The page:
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Imbolc: A Festival Celebrating the End of Winter

Imbolc, a pagan holiday, takes place on February 1 and concludes at sunset on February 2. It signifies the end of winter and the midpoint between the winter solstice and the spring equinox. It is also one of the eight sabbats that make up the Wiccan Wheel of the Year, marking the start of each new season.

From Imbolc onward, we may start to investigate and prepare to implement the concepts and insights that we gathered and incubated over the winter. The holiday dates back to the 10th century and honours Brigid, an ancient goddess of poetry, crafts, and prophecy. For modern-day Wiccans, the celebration still centres around Brigid. Making a Brigid straw doll is one custom associated with this holiday that honours her (Brideog). Brideogs are dolls made from straw or rushes that are twisted, decorated with the first flowers and garden foliage, and wrapped in white cloth to represent a little dress.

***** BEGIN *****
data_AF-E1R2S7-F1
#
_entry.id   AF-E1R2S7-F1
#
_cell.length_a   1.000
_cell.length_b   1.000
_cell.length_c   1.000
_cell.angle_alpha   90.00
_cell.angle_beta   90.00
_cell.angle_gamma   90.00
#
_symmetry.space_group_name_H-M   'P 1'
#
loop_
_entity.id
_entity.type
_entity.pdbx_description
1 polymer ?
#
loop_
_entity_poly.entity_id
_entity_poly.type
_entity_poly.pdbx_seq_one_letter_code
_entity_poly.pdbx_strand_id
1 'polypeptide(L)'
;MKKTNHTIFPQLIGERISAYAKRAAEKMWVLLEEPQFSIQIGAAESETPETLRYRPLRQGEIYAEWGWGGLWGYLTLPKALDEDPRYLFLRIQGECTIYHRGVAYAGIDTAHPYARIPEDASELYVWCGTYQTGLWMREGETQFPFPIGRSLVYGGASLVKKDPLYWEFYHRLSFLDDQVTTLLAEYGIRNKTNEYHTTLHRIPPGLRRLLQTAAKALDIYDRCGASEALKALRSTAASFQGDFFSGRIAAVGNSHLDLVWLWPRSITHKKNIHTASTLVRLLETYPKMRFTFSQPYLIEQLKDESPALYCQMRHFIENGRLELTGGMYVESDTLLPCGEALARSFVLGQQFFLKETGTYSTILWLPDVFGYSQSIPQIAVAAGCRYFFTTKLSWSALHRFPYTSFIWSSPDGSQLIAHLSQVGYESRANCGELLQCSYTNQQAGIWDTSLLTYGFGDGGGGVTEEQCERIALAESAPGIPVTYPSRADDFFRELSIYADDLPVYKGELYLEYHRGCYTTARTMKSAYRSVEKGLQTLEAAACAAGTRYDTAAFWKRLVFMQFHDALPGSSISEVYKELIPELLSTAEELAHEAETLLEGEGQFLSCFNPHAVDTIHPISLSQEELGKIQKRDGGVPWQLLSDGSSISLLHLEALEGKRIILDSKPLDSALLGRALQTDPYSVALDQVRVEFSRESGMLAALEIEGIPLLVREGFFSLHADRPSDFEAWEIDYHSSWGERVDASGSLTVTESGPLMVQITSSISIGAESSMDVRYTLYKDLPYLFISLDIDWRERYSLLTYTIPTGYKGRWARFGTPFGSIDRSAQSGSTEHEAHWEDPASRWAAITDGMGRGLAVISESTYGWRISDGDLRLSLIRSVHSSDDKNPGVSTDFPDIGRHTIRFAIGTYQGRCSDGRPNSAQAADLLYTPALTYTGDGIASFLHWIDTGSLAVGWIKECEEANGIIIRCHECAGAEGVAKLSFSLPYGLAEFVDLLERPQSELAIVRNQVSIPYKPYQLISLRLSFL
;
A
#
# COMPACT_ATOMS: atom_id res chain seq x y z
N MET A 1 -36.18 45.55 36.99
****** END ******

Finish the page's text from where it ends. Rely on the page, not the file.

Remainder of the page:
Imbolc, a celebration of the returning light, is a time of renewal and new beginnings. Here are some simple ways to mark the occasion:

  • Before you start, open every window to freshen up the energy. To clear out any stagnant energies that have accumulated during the winter months, clap vigorously in each corner of the room or ring a bell.

  • Light up your space with candles and flames. The presence of fire is crucial to this celebration.

  • Get creative! Play music, dance, read poetry, sing songs, join a chorus, enroll in a class, paint or sketch, and sow the seeds for new interests and talents.

  • Gather cherry and almond buds, and incorporate them into your decorations.

  • Finally, create a Brigid cross by weaving straw soaked overnight over a frame of sticks. These crosses were traditionally placed under mattresses to aid with pregnancy, and were also blessed before sowing seeds in the spring.

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